They are not quite conjoined twins, but it’s often the case that where you find anti-Semitism, you will also find an associated anti-Americanism.
Scholars who have studied these two forms of prejudice have remarked on the common patterns of thought and belief. The distinguished sociologist and Professor Paul Hollander (who sadly passed away last month) explained that “anti-Americanism” as a political phenomenon should not be confused with “being critical of specific aspects or attributes of American society, culture or American foreign policy.” Instead, said Hollander, anti-Americanism should be seen as “a particular mindset, an attitude of distaste, aversion, or intense hostility, the roots of which may be found in matters unrelated to the actual qualities or attributes of American society or the foreign policies of the United States.”
Much of the same observation can be made about Jewish people in relation to anti-Semitism.
Anti-Americanism raises similar allegations against American society and culture that anti-Semitism does with Judaism. America is held up as a crass, materialistic society, where money rules politics, and where the most anarchic aspects of capitalism — a system that was disdained as “Jewish” by many Europeans well into the last century — run riot. Look at the standard-bearers of anti-Americanism over the last century and in this one (Venezuela’s dictator Nicolas Máduro, for example), and you will see that they project a similar hostility to Jews, often couched in denunciations of “Zionism” or “Israeli crimes.” Some of these people see power in the world as a Zionist knife in Uncle Sam’s fist; others think it works the other way around.
Many supporters of the opposition Labour Party in Britain subscribe to this broad worldview. So it should not come as a shock, then, that party leader Jeremy Corbyn — a man who can credibly claim to be Europe’s best-known anti-Semite — is leveraging his visceral anti-Americanism into his country’s internal conflict over Brexit, its departure over the European Union.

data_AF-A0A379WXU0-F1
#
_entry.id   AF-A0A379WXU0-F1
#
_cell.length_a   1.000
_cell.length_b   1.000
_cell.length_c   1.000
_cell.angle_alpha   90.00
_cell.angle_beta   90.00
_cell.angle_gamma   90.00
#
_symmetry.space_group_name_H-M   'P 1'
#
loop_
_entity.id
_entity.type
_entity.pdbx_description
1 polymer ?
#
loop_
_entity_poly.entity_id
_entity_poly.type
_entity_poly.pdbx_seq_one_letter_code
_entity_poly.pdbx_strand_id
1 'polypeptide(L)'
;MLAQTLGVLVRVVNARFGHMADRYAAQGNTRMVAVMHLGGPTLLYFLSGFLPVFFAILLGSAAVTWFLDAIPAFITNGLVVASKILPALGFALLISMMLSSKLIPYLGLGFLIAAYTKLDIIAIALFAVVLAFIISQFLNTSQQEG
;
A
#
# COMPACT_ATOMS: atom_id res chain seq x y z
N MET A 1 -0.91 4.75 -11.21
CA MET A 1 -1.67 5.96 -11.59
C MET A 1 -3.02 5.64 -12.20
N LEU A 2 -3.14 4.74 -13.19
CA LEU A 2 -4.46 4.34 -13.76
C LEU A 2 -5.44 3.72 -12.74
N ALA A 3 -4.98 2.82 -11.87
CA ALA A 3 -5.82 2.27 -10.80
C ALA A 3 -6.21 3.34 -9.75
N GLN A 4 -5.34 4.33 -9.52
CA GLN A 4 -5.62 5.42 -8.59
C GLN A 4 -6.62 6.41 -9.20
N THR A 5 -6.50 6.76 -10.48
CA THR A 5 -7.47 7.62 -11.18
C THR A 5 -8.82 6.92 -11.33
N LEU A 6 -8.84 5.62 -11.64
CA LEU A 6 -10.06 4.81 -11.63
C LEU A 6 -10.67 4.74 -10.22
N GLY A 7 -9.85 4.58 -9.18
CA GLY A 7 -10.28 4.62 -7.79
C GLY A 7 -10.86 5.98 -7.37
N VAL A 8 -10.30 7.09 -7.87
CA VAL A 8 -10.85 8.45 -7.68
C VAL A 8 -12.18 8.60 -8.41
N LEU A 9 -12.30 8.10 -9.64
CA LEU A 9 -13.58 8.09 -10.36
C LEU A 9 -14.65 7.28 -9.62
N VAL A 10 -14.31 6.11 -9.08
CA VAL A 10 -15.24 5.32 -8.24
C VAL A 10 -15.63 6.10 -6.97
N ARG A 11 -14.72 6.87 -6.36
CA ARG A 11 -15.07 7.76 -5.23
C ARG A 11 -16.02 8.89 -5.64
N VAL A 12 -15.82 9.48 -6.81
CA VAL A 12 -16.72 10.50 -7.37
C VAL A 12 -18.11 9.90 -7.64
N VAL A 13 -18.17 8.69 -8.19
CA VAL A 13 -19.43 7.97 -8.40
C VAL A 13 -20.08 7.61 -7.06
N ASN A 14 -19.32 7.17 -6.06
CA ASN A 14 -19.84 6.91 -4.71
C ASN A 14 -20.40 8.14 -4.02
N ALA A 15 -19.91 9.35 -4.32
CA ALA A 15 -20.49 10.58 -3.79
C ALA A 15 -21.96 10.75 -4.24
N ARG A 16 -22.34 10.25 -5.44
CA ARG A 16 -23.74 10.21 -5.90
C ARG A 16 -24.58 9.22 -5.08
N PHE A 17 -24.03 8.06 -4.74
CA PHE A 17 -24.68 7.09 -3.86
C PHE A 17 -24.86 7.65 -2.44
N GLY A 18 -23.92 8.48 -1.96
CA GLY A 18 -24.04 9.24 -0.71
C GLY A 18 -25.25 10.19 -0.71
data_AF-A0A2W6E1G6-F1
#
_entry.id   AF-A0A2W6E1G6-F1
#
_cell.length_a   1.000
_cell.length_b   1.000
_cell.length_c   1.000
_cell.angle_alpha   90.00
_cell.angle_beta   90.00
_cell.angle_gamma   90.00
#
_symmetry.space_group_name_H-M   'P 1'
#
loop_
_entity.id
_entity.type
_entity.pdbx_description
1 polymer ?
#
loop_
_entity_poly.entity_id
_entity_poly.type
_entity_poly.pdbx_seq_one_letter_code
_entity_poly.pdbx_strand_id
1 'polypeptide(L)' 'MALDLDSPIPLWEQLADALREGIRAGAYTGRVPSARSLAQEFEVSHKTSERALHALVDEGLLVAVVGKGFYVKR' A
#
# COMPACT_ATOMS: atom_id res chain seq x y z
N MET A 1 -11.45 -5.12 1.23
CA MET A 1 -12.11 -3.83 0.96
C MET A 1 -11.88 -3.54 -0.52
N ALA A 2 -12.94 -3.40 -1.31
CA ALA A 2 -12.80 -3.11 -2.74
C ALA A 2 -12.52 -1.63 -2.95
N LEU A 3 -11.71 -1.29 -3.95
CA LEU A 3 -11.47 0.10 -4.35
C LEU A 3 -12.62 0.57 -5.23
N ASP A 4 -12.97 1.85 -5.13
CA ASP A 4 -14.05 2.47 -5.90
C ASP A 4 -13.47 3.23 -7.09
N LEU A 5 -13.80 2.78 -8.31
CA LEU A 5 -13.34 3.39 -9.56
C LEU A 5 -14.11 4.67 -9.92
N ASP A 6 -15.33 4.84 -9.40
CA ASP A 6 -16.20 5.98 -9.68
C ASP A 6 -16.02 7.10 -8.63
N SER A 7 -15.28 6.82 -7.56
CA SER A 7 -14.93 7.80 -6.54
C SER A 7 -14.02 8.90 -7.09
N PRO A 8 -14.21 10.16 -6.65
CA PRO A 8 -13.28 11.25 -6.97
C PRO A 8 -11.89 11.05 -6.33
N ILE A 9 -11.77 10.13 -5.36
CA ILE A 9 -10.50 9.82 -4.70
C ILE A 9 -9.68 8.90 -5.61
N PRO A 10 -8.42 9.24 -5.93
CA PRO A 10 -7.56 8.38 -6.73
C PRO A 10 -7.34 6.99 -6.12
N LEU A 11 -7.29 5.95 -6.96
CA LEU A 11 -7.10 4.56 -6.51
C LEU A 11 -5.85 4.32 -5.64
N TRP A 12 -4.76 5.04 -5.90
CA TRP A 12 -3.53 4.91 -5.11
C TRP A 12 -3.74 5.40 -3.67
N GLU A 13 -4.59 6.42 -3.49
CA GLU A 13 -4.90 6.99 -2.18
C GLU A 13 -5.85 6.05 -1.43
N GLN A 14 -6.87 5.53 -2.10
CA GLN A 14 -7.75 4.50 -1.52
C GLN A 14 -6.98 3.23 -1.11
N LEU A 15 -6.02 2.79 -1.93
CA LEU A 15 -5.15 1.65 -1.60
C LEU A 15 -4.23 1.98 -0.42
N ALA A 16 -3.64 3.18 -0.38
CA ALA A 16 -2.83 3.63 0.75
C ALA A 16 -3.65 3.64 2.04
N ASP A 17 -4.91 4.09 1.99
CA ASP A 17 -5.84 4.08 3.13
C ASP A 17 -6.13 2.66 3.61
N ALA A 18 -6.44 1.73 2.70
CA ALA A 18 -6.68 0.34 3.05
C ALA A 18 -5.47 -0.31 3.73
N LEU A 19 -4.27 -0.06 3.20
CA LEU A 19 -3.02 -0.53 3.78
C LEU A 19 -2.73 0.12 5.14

Earlier this month, Corbyn delivered a speech in which he renamed the option of a “no-deal Brexit” (whereby the United Kingdom would cease being a member of the European Union without a deal setting out the divorce terms) a “Trump Brexit.” This phrase is indeed catchy, and plays well with those sections of British society on left and right who think that the U.S. president, in common with all his predecessors, is itching for a pretext to launch a new World War.
Why a “Trump Brexit” specifically? Corbyn, a supporter of Brexit who finds himself at the helm of a party that favors remaining in the E.U., needs to carve out a position that differentiates him from the Conservatives and those further to the right, who are currently seething over a “Brexit betrayal.” This current of opinion wants to fulfill Brexit above all else, even if that means leaving the E.U. without a deal. That outcome, said Corbyn, “would be a Donald Trump Brexit leaving us at the mercy of a reckless and bellicose U.S. administration.”